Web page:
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Labour’s message absolutely dominated social media in the UK election. The party got crushed anyway.

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The Labour Party suffered its worst election defeat since 1935 on Friday, but if you were following the election on social media, you probably didn't see it coming.

Jeremy Corbyn's party was dominant when it came to campaigning on the internet, making use of memes, viral Facebook posts, and sharply-edited videos.

On basically every analytical metric, Corbyn's Labour was streets ahead of Prime Minister Boris Johnson's Conservatives.

A deep dive in the parties' respective social media campaigns by analytics firm Pulsar found that during the campaign, Corbyn added significantly more followers on both Facebook and Twitter than Johnson almost every day of the campaign.

Not only did Corbyn gain more followers, he also had a far more engaged base, with hundreds of thousands more interactions on his posts than Johnson's, according to Pulsar's data.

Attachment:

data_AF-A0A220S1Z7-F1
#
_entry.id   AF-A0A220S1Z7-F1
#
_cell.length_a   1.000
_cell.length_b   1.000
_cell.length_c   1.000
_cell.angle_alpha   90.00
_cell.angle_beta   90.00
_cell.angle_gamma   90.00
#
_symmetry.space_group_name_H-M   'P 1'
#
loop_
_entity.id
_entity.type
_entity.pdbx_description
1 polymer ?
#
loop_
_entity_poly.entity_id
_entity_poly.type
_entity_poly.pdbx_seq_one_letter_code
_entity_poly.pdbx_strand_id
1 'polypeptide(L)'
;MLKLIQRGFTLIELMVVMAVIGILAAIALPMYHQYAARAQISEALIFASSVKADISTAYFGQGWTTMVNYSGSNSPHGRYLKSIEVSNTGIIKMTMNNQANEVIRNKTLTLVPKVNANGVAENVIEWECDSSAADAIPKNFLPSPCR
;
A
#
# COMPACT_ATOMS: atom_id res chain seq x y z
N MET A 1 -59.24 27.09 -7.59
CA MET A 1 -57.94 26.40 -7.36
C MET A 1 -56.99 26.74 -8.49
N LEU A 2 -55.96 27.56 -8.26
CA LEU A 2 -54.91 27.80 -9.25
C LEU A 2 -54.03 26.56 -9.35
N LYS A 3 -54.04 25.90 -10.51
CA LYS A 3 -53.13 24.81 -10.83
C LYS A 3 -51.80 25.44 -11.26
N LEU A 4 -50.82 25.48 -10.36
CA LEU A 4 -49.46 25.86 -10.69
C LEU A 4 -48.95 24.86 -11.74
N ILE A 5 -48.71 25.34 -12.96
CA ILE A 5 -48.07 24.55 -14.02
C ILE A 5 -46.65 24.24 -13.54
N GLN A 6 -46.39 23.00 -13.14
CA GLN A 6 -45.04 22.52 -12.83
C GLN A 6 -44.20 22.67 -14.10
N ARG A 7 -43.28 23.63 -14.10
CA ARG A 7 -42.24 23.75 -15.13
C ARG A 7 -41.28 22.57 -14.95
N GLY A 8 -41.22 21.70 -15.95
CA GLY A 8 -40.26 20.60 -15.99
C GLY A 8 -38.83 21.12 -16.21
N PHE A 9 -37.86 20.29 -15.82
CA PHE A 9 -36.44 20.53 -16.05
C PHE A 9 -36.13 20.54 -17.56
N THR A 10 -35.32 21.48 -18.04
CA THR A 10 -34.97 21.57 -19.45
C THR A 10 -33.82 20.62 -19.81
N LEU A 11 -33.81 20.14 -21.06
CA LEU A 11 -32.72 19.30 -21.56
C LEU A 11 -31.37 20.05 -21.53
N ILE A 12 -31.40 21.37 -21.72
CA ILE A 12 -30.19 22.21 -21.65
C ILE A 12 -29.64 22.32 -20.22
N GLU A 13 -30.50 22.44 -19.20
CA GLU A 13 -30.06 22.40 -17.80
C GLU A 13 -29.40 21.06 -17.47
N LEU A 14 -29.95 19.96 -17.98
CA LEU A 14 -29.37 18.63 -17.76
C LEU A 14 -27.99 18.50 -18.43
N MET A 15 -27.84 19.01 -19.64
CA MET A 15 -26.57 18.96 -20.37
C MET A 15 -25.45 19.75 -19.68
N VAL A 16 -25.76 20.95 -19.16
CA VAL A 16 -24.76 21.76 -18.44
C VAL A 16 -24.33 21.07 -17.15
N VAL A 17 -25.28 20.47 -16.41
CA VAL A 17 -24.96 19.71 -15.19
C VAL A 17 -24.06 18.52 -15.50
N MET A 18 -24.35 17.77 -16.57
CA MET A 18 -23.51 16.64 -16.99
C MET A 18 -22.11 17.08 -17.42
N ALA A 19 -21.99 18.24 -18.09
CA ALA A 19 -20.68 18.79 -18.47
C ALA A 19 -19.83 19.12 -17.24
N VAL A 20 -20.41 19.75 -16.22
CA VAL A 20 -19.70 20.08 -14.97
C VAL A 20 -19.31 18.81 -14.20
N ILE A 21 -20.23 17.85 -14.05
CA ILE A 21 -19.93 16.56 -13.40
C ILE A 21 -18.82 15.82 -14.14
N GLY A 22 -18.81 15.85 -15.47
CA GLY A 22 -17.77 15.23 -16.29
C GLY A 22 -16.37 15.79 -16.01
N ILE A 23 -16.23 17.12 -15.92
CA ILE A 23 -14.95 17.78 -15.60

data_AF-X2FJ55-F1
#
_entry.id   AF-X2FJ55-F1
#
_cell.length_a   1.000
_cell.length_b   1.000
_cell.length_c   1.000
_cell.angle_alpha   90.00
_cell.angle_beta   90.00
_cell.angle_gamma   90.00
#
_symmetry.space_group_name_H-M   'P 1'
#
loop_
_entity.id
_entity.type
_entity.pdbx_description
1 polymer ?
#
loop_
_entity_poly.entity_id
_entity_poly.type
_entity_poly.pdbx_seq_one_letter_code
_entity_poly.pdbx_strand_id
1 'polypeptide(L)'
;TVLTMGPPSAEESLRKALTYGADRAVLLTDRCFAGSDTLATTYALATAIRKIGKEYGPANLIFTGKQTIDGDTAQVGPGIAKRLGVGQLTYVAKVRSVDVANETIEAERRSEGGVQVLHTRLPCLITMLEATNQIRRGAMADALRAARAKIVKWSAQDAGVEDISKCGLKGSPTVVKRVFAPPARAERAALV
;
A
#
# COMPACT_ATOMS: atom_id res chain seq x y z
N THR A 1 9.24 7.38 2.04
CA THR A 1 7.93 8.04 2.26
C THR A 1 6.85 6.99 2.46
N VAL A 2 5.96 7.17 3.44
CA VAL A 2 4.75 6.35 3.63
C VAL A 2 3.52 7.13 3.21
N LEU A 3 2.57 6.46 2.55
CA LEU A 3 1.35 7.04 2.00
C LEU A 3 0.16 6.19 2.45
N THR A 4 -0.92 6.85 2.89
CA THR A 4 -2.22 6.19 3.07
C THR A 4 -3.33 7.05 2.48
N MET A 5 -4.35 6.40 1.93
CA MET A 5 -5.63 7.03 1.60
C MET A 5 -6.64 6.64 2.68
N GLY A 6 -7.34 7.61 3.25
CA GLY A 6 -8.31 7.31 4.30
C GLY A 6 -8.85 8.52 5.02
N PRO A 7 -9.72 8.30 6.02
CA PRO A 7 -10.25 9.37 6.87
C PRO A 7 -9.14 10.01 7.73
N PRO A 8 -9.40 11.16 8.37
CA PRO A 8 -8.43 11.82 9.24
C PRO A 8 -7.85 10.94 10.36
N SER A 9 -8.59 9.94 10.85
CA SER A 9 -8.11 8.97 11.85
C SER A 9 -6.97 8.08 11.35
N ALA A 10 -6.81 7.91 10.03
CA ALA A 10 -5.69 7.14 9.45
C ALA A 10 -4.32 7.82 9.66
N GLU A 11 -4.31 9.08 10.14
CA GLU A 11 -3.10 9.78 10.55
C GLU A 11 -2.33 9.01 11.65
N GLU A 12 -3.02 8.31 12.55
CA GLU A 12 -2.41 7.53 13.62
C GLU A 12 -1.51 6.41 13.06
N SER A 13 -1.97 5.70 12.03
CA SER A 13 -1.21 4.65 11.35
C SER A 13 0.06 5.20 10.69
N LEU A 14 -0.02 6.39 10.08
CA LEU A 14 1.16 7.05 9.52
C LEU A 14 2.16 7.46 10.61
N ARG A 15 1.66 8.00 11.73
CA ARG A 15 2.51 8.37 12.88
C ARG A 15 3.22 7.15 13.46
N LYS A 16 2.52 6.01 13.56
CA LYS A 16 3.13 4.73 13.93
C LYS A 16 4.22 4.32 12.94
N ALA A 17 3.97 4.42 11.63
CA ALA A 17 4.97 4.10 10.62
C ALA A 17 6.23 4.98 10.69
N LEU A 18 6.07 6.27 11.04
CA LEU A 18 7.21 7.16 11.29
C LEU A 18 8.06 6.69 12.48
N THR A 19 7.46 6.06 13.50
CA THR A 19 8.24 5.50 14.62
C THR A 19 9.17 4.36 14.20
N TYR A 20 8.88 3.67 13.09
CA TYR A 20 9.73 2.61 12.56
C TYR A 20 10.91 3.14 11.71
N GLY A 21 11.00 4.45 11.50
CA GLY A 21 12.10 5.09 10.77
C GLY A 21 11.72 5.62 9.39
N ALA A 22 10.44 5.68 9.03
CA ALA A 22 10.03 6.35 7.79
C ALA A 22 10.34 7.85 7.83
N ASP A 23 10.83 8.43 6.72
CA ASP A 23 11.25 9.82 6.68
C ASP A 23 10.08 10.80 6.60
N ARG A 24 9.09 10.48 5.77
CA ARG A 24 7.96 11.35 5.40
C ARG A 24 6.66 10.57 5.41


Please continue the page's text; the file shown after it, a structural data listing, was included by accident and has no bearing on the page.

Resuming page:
A compilation of the “pivotal video moments” of the election campaign created by The Guardian newspaper, many of which went viral on social media, was dominated by Conservative gaffes.

This included Johnson's now-infamous attempt to grab the phone of a reporter who showed him a picture of a sick child lying on the floor of an English hospital that had run out of beds.

Labour seized on such moments, with Momentum — a Corbyn-backing grassroots movement — mobilizing an army of activists to create slick attack videos slamming Johnson and the wider Conservative Party, many of which gained millions of views.

The video below, titled “If you're not sure who to vote for, watch this,” got almost nine million views on Facebook.

However, these moments, while explosive on social media, do not seem to have cut through with ordinary voters.

In 2015, then-Prime Minister David Cameron dismissed the supposedly decsivie significance of social media, having just won an election where the Conservatives again lost the online battle.

In a now-famous moment, he declared in a speech that “Britain and Twitter are not the same thing.” Four years later, he appears to have been proved right again.